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 The FBI must understand that their case is flimsy. Does anyone think that they charged him just so they could expose him to the public? Even if they don't have a case? Is this wrong?

Well yeah, using the criminal justice system for anything except to try and punish criminals is wrong.
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The article mentions that he was carrying out surveillance of women that he was discussing doing this to. Proving that would go a far way towards this being an actual crime as opposed to a "thought crime".

Regarding this, Intellectual Ammo's question and Nicky's response:
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Yeah, his thoughts are on trial here, basically. He is charged with accessing a data base, that should be easy for the prosecution to convict him on, which he probably will do 5 years for, but for actually plotting, intending to actually follow through with what he wrote about, will be quite a challenge for the prosecution. He did use real name and photos, and may have even met one of two of them, and so forth, and with accessing the data base, he may have gone beyond just fantasy. For me it's the fantasies alone that disturb me. What kind of man has such fantasies? If we can't convict him for life in prison, what about in a mental hospital or something to that effect? Don't thoughts get people into those?

No. The inability to control one's actions is what gets people into those. Having these thoughts and not acting on them is proof that he is in control."

You are somewhat incorrect there Nicky (although mental health holds standards vary a little from state to state.)
Generally when it is deemed that someone is a threat to themselves or others an involuntary mental health hold and evaluation (usually 72 hours) can be used on someone based on whether there is a threat and a plan. The man definitely wrote down plans and that he stalked some potential victims would be seen as reasonable cause to believe it was more than chat room fantasy- at least from a mental health hold standpoint.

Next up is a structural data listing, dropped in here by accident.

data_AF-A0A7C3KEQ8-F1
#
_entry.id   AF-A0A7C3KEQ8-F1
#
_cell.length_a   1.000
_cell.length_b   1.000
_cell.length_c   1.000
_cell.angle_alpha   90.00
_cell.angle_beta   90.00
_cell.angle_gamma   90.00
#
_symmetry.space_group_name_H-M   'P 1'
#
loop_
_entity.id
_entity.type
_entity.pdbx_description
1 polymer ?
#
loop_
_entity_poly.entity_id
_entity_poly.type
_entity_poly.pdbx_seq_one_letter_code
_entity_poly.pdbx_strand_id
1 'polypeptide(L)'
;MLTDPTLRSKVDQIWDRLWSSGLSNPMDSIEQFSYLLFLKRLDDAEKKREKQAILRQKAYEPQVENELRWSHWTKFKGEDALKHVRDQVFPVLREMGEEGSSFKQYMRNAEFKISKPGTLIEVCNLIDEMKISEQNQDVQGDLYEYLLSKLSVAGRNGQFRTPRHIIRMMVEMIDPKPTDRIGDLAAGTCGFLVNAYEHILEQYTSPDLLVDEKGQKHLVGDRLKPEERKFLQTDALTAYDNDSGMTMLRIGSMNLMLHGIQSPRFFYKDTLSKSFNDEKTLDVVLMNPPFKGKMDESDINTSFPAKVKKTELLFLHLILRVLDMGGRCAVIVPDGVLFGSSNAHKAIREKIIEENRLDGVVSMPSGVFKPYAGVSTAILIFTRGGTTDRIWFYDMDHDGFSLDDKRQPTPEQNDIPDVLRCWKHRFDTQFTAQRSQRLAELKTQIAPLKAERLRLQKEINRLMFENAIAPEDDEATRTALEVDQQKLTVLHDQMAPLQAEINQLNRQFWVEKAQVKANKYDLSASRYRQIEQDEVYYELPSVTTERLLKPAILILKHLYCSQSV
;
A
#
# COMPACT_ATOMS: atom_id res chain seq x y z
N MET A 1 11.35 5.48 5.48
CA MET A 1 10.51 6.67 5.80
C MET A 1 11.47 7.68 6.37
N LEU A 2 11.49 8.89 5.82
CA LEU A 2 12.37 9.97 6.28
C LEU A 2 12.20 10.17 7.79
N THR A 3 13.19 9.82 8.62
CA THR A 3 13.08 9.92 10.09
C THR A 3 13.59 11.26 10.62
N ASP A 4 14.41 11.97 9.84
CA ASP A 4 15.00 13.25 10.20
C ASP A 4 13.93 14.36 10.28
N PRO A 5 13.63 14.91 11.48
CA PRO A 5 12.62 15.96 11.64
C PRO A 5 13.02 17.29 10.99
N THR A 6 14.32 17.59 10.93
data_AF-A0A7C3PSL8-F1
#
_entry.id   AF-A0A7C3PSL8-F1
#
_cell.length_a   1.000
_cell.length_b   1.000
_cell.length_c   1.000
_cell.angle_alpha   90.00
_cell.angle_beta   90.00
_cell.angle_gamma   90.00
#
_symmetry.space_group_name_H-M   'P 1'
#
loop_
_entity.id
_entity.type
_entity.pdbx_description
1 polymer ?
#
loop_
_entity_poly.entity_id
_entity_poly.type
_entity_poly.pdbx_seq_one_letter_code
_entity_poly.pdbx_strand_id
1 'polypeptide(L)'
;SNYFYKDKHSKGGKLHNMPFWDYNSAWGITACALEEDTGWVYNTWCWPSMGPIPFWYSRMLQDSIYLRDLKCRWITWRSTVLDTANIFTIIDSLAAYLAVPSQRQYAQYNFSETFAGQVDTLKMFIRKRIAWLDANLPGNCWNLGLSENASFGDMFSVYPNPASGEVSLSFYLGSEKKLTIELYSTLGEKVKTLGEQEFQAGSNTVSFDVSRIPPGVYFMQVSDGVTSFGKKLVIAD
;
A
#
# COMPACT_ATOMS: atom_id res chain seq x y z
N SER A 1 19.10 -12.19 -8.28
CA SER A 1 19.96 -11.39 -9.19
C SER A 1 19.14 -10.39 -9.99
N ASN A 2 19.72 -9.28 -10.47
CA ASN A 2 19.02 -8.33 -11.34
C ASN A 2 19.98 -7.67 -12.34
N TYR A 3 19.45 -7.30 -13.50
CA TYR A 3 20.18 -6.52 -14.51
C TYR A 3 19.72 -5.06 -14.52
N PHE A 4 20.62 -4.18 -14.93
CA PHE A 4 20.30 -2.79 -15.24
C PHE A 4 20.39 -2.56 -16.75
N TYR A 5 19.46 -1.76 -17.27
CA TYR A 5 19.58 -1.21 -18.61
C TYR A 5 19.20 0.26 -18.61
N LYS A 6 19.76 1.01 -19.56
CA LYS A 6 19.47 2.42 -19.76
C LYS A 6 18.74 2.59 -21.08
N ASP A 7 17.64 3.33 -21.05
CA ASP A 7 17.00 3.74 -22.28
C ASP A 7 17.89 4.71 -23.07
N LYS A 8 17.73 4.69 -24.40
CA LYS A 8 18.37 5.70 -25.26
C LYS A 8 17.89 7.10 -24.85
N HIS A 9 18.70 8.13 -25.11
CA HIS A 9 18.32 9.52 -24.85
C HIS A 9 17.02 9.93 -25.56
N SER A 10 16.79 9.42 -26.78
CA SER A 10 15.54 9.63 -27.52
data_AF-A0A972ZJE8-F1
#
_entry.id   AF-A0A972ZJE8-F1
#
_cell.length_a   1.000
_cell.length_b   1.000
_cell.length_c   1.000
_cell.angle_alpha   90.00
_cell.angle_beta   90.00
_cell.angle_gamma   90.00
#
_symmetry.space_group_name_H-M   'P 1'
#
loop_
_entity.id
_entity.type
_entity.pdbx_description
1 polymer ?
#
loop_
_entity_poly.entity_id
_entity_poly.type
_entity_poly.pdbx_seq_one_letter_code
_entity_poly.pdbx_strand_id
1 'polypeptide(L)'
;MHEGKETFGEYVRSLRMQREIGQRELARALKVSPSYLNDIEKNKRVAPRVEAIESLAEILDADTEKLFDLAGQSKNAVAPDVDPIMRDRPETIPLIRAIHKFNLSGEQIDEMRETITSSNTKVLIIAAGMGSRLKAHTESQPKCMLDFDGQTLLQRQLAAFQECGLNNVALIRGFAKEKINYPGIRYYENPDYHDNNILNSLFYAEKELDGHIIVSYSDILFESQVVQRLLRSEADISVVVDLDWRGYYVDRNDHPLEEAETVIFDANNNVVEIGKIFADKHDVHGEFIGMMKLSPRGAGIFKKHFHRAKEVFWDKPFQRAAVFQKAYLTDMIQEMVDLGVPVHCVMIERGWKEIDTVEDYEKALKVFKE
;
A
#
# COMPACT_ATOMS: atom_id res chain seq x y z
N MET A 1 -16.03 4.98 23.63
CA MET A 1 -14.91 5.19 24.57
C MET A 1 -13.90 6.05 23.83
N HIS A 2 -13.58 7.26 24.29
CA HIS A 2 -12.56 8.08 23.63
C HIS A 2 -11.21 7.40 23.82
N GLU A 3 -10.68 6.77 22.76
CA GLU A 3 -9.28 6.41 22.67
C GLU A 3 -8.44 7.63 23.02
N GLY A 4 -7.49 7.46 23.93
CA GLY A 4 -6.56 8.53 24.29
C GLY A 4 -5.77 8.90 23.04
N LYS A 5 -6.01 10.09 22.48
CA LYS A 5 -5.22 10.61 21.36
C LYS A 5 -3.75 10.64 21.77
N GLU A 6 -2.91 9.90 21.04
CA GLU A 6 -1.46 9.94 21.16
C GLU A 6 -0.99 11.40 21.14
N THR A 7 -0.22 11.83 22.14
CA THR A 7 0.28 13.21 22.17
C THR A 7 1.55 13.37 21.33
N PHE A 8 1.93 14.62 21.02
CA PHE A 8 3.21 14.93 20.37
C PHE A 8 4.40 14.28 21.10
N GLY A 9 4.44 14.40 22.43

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And this should be viewed from a mental health standpoint:

the officer admitted that his online passion had consumed him, ruining his personal life.

Valle "claimed he did not enjoy it and he did not know why he was doing it," the agent said.

Staying up late at night, not interested in sex w/wife, etc.

So thoughts can get someone into such places, like suicidal thoughts. I wonder, in all the things he wrote, talked, fantasized about, if any of it, could qualify?

Edited by intellectualammo
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And this should be viewed from a mental health standpoint:Staying up late at night, not interested in sex w/wife, etc.

So thoughts can get someone into such places, like suicidal thoughts. I wonder, in all the things he wrote, talked, fantasized about, if any of it, could qualify?

No, not just the thoughts.

You have to be reasonably deemed a direct danger to yourself or others to be legally put on involuntary mental health hold (this is a good thing as many governments abuse involuntary institutionalization against poltical dissidents).

What that means is this:

You think about hurting yourself/someone else frequently and mention this to your therapist. The therapist is not mandated to report this or to attempt to have you detained.

What they are obligated to do is ask you about "planning". Then they assess whether you are experiencing "active suicidal ideation" or "passive suicidal ideation".

Passive, your liberties cannot be legally restricted. Passive would be thinking about, writing a fantasy about, you know.... *passive*.

Active you can be put on hold and evaluated for being a danger.

Active would be .... you've been thinking about hurting the girl that just dumped you and you tell your therapist. Your therapist questions you and you reveal that you've soundproofed your basement and have begun following her and her new boyfriend while armed.

 

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No, not just the thoughts.

You have to be reasonably deemed a direct danger to yourself or others to be legally put on involuntary mental health hold (this is a good thing as many governments abuse involuntary institutionalization against poltical dissidents).

What that means is this:

You think about hurting yourself/someone else frequently and mention this to your therapist. The therapist is not mandated to report this or to attempt to have you detained.

What they are obligated to do is ask you about "planning". Then they assess whether you are experiencing "active suicidal ideation" or "passive suicidal ideation".

Passive, your liberties cannot be legally restricted. Passive would be thinking about, writing a fantasy about, you know.... *passive*.